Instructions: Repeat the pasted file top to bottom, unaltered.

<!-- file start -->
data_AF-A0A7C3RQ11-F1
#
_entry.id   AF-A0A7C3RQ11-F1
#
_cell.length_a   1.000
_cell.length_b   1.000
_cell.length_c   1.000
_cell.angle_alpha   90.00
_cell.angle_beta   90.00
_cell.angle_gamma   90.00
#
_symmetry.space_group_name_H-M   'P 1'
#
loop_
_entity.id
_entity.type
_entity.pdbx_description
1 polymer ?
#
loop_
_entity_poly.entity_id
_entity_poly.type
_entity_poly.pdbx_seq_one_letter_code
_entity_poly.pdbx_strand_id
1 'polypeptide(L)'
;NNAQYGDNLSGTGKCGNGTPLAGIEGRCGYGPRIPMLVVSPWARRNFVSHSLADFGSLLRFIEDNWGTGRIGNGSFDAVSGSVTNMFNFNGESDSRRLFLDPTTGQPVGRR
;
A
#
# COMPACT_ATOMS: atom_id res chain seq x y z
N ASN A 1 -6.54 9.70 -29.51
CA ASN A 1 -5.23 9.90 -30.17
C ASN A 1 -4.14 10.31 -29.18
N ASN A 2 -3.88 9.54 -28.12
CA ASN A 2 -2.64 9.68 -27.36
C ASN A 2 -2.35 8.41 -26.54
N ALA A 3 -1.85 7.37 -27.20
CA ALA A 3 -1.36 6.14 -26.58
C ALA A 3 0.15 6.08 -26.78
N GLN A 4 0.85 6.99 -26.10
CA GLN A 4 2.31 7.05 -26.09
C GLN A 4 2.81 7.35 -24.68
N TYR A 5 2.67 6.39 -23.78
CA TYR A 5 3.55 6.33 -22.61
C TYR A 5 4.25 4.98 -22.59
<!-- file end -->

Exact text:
data_AF-A0A7C3RQ11-F1
#
_entry.id   AF-A0A7C3RQ11-F1
#
_cell.length_a   1.000
_cell.length_b   1.000
_cell.length_c   1.000
_cell.angle_alpha   90.00
_cell.angle_beta   90.00
_cell.angle_gamma   90.00
#
_symmetry.space_group_name_H-M   'P 1'
#
loop_
_entity.id
_entity.type
_entity.pdbx_description
1 polymer ?
#
loop_
_entity_poly.entity_id
_entity_poly.type
_entity_poly.pdbx_seq_one_letter_code
_entity_poly.pdbx_strand_id
1 'polypeptide(L)'
;NNAQYGDNLSGTGKCGNGTPLAGIEGRCGYGPRIPMLVVSPWARRNFVSHSLADFGSLLRFIEDNWGTGRIGNGSFDAVSGSVTNMFNFNGESDSRRLFLDPTTGQPVGRR
;
A
#
# COMPACT_ATOMS: atom_id res chain seq x y z
N ASN A 1 -6.54 9.70 -29.51
CA ASN A 1 -5.23 9.90 -30.17
C ASN A 1 -4.14 10.31 -29.18
N ASN A 2 -3.88 9.54 -28.12
CA ASN A 2 -2.64 9.68 -27.36
C ASN A 2 -2.35 8.41 -26.54
N ALA A 3 -1.85 7.37 -27.20
CA ALA A 3 -1.36 6.14 -26.58
C ALA A 3 0.15 6.08 -26.78
N GLN A 4 0.85 6.99 -26.10
CA GLN A 4 2.31 7.05 -26.09
C GLN A 4 2.81 7.35 -24.68
N TYR A 5 2.67 6.39 -23.78
CA TYR A 5 3.55 6.33 -22.61
C TYR A 5 4.25 4.98 -22.59